Signs Preceding the End of the World, Yuri Herrera
Yuri Herrera

Signs Preceding the End of the World

82 printed pages
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Signs Preceding the End of the World is one of the most arresting novels to be published in Spanish in the last ten years. ri Herrera does not simply write about the border between Mexico and the United States and those who cross it. He explores the crossings and translations people make in their minds and language as they move from one country to another, especially when there’s no going back. Traversing this lonely territory is Makina, a young woman who knows only too well how to survive in a violent, macho world. Leaving behind her life in Mexico to search for her brother, she is smuggled into the USA carrying a pair of secret messages – one from her mother and one from the Mexican underworld.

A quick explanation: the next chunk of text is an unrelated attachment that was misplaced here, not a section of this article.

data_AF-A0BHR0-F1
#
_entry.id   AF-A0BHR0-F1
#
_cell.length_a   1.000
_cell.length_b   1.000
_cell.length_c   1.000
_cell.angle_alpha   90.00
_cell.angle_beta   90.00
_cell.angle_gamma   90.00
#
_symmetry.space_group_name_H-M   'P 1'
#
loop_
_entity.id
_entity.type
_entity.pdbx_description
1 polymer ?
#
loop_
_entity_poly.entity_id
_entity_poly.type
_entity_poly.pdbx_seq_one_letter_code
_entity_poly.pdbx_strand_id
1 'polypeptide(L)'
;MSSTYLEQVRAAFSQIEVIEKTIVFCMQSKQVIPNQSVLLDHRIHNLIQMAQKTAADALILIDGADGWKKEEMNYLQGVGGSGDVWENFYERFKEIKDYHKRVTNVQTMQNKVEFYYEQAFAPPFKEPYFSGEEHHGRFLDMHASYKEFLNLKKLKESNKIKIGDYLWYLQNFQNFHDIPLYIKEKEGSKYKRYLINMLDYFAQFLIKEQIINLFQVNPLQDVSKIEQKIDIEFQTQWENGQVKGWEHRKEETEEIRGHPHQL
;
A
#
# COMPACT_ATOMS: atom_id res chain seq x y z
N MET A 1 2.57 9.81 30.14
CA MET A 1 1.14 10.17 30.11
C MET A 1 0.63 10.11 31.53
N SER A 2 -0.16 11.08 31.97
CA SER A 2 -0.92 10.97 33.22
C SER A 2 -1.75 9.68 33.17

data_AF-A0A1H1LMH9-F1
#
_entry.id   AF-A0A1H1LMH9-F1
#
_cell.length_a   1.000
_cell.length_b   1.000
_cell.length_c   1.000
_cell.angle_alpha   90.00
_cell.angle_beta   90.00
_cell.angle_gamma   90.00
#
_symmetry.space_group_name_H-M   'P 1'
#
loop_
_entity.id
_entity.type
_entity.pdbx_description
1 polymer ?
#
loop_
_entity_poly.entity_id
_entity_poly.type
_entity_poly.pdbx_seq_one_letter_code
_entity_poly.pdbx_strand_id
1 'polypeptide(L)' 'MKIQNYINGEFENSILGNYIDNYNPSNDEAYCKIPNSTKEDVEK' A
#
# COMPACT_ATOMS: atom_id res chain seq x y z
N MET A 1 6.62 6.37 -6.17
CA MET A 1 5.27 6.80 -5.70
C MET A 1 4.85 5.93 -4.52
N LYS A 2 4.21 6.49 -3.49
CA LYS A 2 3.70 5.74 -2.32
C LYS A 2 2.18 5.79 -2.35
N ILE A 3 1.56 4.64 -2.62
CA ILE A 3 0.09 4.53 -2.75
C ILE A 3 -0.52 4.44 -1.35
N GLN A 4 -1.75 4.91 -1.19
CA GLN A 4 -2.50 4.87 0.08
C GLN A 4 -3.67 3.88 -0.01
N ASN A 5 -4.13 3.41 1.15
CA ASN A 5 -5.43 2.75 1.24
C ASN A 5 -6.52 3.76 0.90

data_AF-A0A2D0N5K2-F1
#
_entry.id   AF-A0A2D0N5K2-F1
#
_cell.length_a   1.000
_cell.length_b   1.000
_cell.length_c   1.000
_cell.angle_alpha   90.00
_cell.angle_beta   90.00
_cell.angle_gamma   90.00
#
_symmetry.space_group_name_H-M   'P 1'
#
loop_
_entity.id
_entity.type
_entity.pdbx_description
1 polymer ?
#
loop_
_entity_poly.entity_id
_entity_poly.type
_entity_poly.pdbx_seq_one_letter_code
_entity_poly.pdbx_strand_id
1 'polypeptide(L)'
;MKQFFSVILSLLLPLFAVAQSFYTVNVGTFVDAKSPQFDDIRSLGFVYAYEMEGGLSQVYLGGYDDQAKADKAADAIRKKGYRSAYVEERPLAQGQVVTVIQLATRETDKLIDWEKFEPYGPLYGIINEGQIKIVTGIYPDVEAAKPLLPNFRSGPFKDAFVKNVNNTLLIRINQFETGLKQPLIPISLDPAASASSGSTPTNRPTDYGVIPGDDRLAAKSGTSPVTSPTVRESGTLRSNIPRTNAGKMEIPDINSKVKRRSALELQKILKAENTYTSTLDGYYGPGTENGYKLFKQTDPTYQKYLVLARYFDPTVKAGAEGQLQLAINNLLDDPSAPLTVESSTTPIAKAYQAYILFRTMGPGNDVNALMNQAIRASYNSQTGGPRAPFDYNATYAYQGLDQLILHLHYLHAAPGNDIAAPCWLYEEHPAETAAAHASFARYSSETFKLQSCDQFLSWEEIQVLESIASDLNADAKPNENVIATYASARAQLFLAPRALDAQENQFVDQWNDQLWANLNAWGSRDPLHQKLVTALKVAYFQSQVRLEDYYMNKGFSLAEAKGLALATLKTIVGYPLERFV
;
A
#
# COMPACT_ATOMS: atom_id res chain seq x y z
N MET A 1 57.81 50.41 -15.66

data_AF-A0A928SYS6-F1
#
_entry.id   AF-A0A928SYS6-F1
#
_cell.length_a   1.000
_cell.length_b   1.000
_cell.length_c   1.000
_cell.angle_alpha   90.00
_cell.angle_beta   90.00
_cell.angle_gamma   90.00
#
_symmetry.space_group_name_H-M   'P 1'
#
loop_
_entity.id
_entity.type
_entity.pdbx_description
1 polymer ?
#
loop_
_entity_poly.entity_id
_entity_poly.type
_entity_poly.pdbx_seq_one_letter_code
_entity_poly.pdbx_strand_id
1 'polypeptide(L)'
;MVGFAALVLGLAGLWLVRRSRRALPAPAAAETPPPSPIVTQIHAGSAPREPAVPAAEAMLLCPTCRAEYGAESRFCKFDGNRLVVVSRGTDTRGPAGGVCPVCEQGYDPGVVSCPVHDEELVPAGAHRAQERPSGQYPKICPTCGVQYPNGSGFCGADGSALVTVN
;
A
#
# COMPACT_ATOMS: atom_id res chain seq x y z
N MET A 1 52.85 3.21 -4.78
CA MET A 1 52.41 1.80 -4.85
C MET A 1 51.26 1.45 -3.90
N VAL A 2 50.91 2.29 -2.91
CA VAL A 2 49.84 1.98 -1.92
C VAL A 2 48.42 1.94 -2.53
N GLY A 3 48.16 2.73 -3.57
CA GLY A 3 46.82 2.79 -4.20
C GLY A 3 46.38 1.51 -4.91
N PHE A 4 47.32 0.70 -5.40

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They are homegrown and they are anglo and both things with rabid intensity; with restrained fervor they can be the meekest and at the same time the most querulous of citizens, albeit grumbling under their breath. Their gestures and tastes reveal both ancient memory and the wonderment of a new people. And then they speak. They speak an intermediary tongue that Makina instantly warms to because it’s like her: malleable, erasable, permeable; a hinge pivoting between two like but distant souls, and then two more, and then two more, never exactly the same ones; something that serves as a link.
how it was that some things in the world—some countries, some people—could seem eternal when everything was actually like that miniature ice palace: one-of-a-kind, precious, fragile.
She asked for the bathroom. There were just two per floor, one for women and one for men. She went into the women’s to take the shower she’d been needing the whole long road from the Big Chilango. She’d barely been able to take birdbaths at the gas stations. She’d scrubbed her armpits, neck, and face, taken off her pants to shake them out. Once she was almost left behind because she took so long drying herself at the hand dryer. Now she could finally wash all over, and didn’t mind that there was no hot water in the hotel shower; it was the same in her hometown
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